Manufacturing AUTOMATION

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Manufacturing sector struggles to maintain workforce, study says


September 23, 2008
By Manufacturing AUTOMATION

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Ottawa, Ont. – Canadian manufacturers are struggling to maintain their current workforces, according to a new study by the Conference Board.

The study found that although the countryís manufacturing labour force is critical to the future prosperity of the sector, manufacturers are facing major human resources challenges, including a flood of early retirements, a reduced ability to attract young workers and a need to keep up with changing skill requirements.
In the future, the study found that Canadian manufacturers are anticipating a shift from doing final assembly to building specialized components that fit into the overall production process, and in providing products and services that accompany the finished good, such as logistics and supply-chain management services.
“This shift in production means the skill requirements for manufacturing employees will continue to rise, and firms will increasingly compete for skilled workers with other sectors of the economy,” says Douglas Watt, the Conference Boardís associate director, Organizational Learning and Development. “At present, the manufacturing sector needs to do more to take full advantage of its current workforce through training and learning programs, and do more to successfully recruit younger workers.”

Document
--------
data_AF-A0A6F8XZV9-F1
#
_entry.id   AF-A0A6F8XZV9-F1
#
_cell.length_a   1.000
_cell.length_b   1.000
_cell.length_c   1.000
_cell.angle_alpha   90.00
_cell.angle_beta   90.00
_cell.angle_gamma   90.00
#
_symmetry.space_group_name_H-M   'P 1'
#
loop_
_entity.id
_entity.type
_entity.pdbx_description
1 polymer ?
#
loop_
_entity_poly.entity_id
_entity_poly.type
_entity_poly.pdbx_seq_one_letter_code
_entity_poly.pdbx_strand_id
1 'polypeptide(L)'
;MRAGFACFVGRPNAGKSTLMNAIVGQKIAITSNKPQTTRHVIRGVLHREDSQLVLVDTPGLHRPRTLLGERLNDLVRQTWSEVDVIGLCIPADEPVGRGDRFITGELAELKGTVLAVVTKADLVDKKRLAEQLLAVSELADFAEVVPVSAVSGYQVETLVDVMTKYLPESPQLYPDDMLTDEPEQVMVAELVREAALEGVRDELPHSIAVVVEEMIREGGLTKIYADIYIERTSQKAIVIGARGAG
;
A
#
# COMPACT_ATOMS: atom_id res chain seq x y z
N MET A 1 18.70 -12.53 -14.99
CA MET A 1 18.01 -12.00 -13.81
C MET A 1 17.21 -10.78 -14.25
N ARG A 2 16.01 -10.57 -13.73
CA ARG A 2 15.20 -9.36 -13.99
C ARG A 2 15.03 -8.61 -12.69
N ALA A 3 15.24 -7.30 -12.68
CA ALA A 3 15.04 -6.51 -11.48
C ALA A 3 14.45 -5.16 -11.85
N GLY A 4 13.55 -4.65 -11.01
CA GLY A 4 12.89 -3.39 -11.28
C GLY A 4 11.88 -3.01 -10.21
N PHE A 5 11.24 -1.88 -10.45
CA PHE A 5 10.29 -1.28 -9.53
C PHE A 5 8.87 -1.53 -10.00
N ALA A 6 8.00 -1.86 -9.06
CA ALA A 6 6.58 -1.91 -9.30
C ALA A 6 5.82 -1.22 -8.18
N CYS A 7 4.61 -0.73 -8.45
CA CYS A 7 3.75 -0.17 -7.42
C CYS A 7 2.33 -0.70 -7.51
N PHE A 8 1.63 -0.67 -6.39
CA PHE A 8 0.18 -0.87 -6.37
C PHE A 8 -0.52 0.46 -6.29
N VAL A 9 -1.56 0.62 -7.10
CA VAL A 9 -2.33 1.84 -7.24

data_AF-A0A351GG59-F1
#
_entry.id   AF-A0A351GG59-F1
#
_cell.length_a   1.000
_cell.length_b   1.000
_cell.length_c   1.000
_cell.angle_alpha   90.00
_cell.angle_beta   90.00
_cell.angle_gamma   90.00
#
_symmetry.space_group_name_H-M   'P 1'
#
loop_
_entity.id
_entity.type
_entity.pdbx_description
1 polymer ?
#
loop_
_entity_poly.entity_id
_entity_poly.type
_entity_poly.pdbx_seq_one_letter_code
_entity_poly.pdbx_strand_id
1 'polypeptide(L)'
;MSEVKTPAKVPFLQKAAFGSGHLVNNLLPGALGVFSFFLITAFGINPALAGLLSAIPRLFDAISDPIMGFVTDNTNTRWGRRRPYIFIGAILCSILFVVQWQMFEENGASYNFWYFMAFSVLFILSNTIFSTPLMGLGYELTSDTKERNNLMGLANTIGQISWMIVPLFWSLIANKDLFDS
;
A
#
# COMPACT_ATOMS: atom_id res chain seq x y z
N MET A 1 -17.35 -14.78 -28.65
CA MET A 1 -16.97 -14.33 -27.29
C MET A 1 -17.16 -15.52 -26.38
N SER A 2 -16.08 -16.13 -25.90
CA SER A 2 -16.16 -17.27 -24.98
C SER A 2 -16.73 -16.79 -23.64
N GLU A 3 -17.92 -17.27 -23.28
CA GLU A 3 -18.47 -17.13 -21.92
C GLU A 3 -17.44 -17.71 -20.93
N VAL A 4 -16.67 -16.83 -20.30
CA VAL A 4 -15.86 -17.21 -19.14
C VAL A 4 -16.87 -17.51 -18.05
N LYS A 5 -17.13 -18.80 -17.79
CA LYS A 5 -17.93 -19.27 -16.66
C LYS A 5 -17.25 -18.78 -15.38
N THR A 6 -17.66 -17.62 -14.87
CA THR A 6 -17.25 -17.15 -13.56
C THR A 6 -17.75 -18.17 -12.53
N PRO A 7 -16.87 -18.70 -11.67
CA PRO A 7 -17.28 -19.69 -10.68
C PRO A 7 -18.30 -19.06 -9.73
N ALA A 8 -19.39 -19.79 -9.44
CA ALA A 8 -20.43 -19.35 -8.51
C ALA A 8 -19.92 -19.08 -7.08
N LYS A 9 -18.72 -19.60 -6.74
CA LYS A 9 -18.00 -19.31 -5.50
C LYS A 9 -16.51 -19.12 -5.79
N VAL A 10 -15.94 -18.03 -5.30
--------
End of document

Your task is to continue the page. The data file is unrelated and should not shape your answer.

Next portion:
The report, “Key Economic and Labour Force Issues Facing Canadaís Manufacturing Sector,” recommends that manufacturers must improve on the current skills of their two million workers by tapping into education and training programs. The sector also needs to keep its aging workers in the labour force longer, through more flexible scheduling and changes in work processes. Finally, the sector has to restore its image as a rewarding career option for underrepresented groupsósuch as young workers and womenóthat have other employment options.
The economic analysis as part of the report found that the manufacturing sectorís share of gross domestic productówhich grew strongly in the 1990sóslipped from 18.4 per cent in 2000 to 15.2 per cent in 2007. Since the beginning of this decade, overall growth in the manufacturing sector has stalled, even as the rest of the economy has expanded, and about 300,000 manufacturing jobs have disappeared.